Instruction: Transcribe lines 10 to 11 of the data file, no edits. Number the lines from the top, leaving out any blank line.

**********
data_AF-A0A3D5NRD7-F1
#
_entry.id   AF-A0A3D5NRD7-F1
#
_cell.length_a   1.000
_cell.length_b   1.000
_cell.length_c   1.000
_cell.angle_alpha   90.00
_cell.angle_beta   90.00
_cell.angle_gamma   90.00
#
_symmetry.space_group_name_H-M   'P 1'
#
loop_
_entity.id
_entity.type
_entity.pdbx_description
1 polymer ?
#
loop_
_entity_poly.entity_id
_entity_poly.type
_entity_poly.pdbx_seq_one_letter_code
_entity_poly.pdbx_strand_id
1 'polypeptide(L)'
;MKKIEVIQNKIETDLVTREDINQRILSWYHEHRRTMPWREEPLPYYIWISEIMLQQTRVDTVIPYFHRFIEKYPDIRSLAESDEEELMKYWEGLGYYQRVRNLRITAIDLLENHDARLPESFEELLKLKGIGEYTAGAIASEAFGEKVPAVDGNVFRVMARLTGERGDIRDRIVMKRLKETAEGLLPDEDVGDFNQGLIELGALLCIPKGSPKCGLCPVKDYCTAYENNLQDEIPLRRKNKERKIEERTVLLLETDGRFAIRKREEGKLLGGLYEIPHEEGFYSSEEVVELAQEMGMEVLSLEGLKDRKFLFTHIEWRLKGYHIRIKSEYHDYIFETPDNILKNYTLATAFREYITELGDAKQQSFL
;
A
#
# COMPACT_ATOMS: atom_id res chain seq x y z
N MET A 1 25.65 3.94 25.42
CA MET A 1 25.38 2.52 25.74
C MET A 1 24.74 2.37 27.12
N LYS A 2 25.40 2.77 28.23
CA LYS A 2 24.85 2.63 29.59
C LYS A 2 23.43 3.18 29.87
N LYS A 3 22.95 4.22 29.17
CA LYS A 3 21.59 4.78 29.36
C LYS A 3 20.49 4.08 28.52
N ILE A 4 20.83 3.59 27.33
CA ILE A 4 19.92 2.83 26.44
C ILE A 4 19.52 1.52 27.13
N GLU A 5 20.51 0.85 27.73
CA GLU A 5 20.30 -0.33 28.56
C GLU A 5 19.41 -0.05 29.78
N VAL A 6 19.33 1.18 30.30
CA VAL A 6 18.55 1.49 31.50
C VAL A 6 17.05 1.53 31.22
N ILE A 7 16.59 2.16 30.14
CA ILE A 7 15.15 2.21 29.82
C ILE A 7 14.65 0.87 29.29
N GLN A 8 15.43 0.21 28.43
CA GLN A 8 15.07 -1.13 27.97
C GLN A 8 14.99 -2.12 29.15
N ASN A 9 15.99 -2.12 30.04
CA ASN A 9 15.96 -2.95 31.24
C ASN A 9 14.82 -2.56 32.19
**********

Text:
_cell.angle_gamma   90.00
#